|Huizhen High School is "a bold exploration of ‘efficiency-first’ campus design," the World Architecture Festival said.
And this year’s award goes to a “serene” Chinese boarding school designed to let students unwind and “waste time mindfully.”
GUEST BLOG / By Oscar Holland, CNN--Featuring a rooftop park, treehouses and elevated walkways in a “floating forest,” the Huizhen High School in Ningbo, Zhejiang province in eastern China, won the coveted title at the World Architecture Festival (WAF) in Singapore on last week.
Designed by Approach Design Studio and the Zhejiang University of Technology Engineering Design Group, the serene campus’ communal areas are intended to blur the distinction between inside and out. The building features an open-air lecture hall and tree-lined pathways, in addition to study facilities for the 30-class school’s students.
"Our focus was not just about designing a school, or working with new forms, spaces, materials and facades, but about designing new school life and bringing the power of nature into the building," said Di Ma, director at Approach Design Studio and the Zhejiang University of Technology Engineering Design Group, in a statement. "Our focus was not just about designing a school, or working with new forms, spaces, materials and facades, but about designing new school life and bringing the power of nature into the building," said Di Ma, director at Approach Design Studio and the Zhejiang University of Technology Engineering Design Group, in a statement. Approach Design Studio said that while teaching prioritizes efficiency, a school’s campus itself should inspire free thinking. In its project description, the firm said its design was intended to let students “release stress, adjust their body and mind and discover beauty” outside the classroom.
|A communal study space at the boarding school is designed "(to give) students a space to relax and relieve their stresses between their lessons," Ma's statement explained.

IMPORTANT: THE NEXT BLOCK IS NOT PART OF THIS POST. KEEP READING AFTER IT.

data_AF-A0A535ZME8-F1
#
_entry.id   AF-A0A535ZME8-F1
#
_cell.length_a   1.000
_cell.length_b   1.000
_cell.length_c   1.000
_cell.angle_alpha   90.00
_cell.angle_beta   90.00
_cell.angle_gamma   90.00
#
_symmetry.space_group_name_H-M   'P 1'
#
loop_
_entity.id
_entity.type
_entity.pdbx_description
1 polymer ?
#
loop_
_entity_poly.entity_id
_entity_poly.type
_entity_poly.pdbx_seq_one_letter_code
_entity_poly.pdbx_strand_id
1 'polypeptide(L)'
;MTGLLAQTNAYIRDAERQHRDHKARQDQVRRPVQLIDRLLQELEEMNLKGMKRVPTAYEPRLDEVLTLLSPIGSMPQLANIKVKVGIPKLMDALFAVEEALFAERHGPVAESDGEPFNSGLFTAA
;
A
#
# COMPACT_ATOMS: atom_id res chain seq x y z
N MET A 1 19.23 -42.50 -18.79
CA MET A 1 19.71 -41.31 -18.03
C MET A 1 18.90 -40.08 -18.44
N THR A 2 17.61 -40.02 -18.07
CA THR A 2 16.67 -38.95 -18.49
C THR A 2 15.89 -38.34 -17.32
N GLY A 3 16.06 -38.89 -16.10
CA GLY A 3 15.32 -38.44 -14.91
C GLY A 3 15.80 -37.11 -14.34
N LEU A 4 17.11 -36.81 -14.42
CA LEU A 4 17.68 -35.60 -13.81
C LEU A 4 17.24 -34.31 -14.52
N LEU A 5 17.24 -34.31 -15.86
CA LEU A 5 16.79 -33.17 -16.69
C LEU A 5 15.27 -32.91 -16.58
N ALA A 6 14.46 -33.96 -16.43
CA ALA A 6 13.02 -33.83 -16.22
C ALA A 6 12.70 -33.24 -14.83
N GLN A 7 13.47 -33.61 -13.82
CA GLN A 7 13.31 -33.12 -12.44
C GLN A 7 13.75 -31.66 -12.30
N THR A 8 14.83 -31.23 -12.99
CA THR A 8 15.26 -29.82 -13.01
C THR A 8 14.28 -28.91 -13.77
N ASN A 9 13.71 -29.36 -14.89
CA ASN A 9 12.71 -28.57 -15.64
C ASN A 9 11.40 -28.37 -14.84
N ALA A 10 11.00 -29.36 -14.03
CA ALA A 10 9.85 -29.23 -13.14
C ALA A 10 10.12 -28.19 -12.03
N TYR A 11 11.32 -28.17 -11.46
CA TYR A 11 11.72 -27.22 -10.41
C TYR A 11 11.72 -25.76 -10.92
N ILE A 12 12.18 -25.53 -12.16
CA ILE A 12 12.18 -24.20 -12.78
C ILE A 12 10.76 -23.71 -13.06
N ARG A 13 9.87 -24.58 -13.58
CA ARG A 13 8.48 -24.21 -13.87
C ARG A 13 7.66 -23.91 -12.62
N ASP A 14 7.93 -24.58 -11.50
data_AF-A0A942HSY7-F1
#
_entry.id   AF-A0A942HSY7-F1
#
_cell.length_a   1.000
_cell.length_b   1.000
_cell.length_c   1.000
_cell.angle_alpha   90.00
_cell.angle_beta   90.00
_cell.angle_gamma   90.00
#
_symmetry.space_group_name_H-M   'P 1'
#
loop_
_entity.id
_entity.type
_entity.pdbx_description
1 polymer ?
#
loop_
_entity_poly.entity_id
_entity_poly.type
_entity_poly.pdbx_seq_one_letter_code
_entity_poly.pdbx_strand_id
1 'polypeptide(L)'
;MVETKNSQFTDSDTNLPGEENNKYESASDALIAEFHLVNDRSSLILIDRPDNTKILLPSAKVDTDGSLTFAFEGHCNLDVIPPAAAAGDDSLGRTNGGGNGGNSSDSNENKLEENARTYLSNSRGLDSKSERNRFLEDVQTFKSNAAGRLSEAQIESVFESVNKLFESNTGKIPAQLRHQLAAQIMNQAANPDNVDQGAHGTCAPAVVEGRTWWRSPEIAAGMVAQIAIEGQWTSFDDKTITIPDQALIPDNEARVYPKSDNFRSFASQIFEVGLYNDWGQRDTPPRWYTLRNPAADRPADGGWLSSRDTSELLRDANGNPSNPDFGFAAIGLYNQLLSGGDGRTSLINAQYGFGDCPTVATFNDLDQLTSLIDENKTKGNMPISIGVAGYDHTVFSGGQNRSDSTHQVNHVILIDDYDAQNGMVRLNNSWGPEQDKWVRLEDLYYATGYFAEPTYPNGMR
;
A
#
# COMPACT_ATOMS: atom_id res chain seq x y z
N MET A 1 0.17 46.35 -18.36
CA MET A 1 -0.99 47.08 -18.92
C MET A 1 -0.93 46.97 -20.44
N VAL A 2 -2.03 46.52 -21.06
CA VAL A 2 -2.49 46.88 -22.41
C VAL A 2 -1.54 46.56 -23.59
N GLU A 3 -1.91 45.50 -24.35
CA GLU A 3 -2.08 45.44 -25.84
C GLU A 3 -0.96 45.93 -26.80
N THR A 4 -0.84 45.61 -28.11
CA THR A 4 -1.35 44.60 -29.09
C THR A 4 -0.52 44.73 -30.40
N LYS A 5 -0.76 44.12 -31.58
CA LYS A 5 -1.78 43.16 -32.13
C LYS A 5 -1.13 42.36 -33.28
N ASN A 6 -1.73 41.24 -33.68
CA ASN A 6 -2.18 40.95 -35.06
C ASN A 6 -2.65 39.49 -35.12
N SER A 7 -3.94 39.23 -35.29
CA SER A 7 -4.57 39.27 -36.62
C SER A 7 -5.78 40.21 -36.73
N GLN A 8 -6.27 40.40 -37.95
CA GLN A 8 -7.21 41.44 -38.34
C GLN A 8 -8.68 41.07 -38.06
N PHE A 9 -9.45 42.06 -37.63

The coveted World Building of the Year title is considered one of the architecture profession’s top accolades and is decided at the annual festival by a 140-strong expert panel. This year’s winning design was commended by judges for breaking with the conventions of school design.
Citing the jury while presenting the award on stage, WAF’s program director Paul Finch described the project as “(as) unexpected as it is delightful.”
“The architects managed to create a school which is very different than the usual model, where students are boxed in and put under teaching — as well as architectural — pressure,” Finch told attendees. “By contrast, this design encourages walking, fresh air and the possibility of relief from academic intensity." The design was chosen from almost 250 shortlisted projects, including Newark Liberty International Airport's recently opened Terminal A, Australia's Holocaust Museum in Melborne and new national stadiums in Cambodia and Senegal.
Buildings were judged across 18 categories, spanning commercial, cultural and residential architecture. Those winners then competed for the overall prize.
Huizhen High School triumphed in the school category. Other category winners included India’s 7.1 million-square-foot Surat Diamond Bourse, which this year surpassed the Pentagon to become the world’s largest office building, the Lanserhof Sylt, a hotel and health resort in Germany where buildings combine to form the largest thatched roof in Europe, and a residential home in the suburbs of Winnipeg, Canada.
Held in Singapore, which is home to three recent winners of World Building of the Year, WAF also handed out prizes for landscape architecture — this year awarded to the Benjakitti Forest Park in Bangkok, Thailand, an “urban ecological sanctuary” being developed on the grounds of a former tobacco plant — as well as proposals for ambitious future architecture projects and interior design.
|The school's roof "doubles as an open-air lecture hall and a rooftop park with sporting facilities, usable by the public at the weekend — creating a new typology of architectural promenade," a press release for the WAF explained.
Last year’s top prize was claimed by Australia’s Quay Quarter Tower, dubbed the world’s first “upcycled” high-rise after its design retained two-thirds of an old skyscraper on the site.